Checklist for a Long-Distance Landlord

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Post from MilitaryByOwner

Whether you weren’t able to sell your home before a military move or you’re choosing to hang onto your real estate investment, you’ve done it. As a military homeowner, you’ve decided to rent out your home!

The prospect of becoming a landlord, especially a long-distance one, can be scary. But there’s no need to tackle this scenario alone -- there’s plenty of guidance for military members and spouses who’ve taken the leap from homeowner to landlord. Let’s start with some of the basic steps you’ll need to know.

1) Understand the legalities and paperwork involved

Since this is now a rental property and no longer your current home, whether or not you plan to return to it in the future, it’s time to treat it like a business. For starters, take a look at 5 Steps to Take Before Becoming a Landlord for details about the Fair Housing Act, paperwork you’ll need to track, and help deciding if you’ll use a property manager or not. Then, download MilitaryByOwner’s free resource, Landlord/Tenant Ebook, for even more guidance on the “legalese” you’ll need to understand.

2) Screen potential tenants

You may be able to snag a referral from a trusted friend or family member to find the perfect tenant, and you’ll probably advertise your home on a site like MilitaryByOwner. No matter how you found your renters, it’s important to obtain background and credit checks, eviction history, and other information about potential tenants. Use a tenant screening tool like TransUnion’s SmartMove to make this a streamlined task.

3) Use state specific legal forms

Since state laws vary, it’s important to use the correct legal documents like those from US Legal Forms. Your lease should include details such as your deposit requirement, monthly rent and when it’s due, whether pets are allowed and pet deposits, expectations for lawn care (will you provide it or is the tenant responsible?), and if the tenant can paint or make other modifications.

4) Inspect and document

Conduct a walk-through of your property and document the condition of the house and yard. Take photos and video! Then, have your renter fill out a walk-through checklist of their own, so you can compare for any discrepancies and address those immediately. Also plan for a final walk-through when they vacate the home.

5) Designate someone to make regular property checks

Whether you’ve hired a property manager or you’re asking a local friend to periodically check on your rental home, decide now how often the checks will be and what they’ll entail. A simple drive-by to view the state of the home? An actual periodic walk-through? Include those requirements in your lease.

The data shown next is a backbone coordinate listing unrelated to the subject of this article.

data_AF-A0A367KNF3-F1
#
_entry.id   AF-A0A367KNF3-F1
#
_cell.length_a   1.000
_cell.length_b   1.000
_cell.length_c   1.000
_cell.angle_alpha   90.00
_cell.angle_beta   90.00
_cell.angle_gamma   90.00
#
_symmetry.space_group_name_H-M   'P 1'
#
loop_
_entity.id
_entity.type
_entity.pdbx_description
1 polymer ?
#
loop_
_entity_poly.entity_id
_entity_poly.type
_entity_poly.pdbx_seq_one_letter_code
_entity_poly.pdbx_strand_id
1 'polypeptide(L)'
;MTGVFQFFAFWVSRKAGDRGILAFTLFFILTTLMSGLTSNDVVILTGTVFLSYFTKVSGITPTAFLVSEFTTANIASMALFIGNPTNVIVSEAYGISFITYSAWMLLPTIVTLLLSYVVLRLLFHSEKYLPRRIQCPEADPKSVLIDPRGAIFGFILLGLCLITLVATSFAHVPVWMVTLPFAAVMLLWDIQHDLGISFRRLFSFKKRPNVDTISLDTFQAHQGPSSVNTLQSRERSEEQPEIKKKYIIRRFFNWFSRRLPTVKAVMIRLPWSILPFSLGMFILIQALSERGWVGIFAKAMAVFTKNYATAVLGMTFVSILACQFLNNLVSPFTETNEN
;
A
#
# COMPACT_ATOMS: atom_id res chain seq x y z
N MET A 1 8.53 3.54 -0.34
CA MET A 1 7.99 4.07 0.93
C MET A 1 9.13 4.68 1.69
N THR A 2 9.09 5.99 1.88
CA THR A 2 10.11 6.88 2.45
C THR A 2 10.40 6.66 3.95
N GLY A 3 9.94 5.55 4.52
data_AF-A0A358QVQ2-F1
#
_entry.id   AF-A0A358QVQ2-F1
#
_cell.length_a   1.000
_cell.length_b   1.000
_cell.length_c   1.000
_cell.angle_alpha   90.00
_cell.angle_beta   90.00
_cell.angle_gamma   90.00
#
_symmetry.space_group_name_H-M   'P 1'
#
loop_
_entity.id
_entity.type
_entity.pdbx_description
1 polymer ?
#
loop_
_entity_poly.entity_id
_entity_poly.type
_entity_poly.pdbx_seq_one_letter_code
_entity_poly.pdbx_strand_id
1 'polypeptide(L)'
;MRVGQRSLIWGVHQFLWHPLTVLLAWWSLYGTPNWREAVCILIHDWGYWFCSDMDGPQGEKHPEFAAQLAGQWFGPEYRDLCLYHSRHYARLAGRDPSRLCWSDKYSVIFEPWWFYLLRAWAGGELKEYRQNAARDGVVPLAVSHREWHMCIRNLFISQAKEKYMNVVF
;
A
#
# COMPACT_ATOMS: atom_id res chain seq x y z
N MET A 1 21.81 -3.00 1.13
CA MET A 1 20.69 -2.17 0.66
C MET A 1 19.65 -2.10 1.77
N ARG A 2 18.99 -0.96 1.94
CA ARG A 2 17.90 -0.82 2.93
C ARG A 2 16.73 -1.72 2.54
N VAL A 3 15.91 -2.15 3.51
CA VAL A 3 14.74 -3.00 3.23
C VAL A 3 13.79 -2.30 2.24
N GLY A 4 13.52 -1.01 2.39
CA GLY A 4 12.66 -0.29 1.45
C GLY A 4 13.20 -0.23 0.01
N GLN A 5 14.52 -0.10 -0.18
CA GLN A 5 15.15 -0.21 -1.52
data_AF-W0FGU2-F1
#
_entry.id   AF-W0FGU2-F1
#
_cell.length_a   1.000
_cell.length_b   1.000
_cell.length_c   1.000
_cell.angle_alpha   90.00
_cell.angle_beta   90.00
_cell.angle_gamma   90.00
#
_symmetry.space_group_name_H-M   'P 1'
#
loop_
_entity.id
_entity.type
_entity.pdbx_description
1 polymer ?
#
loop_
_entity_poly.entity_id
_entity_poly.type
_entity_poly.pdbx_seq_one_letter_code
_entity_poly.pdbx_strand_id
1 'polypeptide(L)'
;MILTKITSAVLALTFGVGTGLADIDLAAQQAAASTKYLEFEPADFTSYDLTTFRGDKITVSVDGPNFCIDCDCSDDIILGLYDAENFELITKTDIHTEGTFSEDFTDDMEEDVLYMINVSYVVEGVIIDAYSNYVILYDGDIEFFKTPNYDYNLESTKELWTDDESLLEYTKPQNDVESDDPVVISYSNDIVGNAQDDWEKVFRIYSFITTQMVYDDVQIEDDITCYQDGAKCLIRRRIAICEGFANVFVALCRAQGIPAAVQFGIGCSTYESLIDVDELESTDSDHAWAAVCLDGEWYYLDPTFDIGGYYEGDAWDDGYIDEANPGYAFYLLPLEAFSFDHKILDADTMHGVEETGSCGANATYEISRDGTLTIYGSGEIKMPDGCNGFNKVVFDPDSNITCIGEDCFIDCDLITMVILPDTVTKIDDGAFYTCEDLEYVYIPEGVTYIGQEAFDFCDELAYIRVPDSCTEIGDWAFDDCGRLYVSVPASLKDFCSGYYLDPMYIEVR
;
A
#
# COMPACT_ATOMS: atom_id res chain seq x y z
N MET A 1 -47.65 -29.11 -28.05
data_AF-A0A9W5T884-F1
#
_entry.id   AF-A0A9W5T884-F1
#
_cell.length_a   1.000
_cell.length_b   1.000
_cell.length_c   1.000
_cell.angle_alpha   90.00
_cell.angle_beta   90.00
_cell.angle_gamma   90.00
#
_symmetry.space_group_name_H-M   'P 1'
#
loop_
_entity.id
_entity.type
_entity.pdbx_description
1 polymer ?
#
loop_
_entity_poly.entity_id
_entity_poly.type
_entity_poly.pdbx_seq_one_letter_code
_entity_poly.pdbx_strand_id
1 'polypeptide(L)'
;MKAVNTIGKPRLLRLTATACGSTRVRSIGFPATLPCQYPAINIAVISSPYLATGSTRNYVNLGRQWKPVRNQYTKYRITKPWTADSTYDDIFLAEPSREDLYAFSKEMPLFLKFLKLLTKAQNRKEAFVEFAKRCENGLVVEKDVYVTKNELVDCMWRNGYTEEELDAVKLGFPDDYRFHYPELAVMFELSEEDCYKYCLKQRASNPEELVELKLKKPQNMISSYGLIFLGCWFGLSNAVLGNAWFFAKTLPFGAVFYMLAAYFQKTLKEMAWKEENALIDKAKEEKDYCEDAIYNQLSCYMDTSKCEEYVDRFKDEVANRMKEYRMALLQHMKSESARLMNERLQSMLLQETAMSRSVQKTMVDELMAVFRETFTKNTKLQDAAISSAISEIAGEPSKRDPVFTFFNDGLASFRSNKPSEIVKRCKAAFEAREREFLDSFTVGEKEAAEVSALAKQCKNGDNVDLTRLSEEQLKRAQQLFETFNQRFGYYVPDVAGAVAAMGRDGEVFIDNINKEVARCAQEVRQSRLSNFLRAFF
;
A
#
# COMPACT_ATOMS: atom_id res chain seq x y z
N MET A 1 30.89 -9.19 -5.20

Many landlords plan on a scheduled yearly walk-through along with quick visual inspections during routine maintenance or repairs. Bathrooms, kitchens, and landscaping are important to regularly check, as they would have the most expensive repair or replacement costs. While no one wants to feel that their privacy is invaded, tenants should also have a realistic expectation for inspections of the property.

6) Organize your finances

Create a system for tracking your rental property expenses and income (even if someone else is managing the property for you). Plan for future costs by keeping a reserve fund for regular and seasonal maintenance, pest control, and the home repairs that will crop up.

7) Check your property insurance requirements

You’ll need to convert your homeowners insurance to rental property insurance. Also note that many landlords require tenants to provide proof of their own renters insurance before finalizing the lease, since your insurance will not provide coverage for their belongings.

While it can be difficult to leave your home in the hands of someone else, staying informed and organized as you manage your rental property will go a long way towards alleviating potential concerns. MilitaryByOwner helps make the transition to long-distance landlord a smooth one. Connect with us for resources like a rental walk-through checklist, legal forms, resource articles, and free downloads for your military landlord journey!

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Home Ownership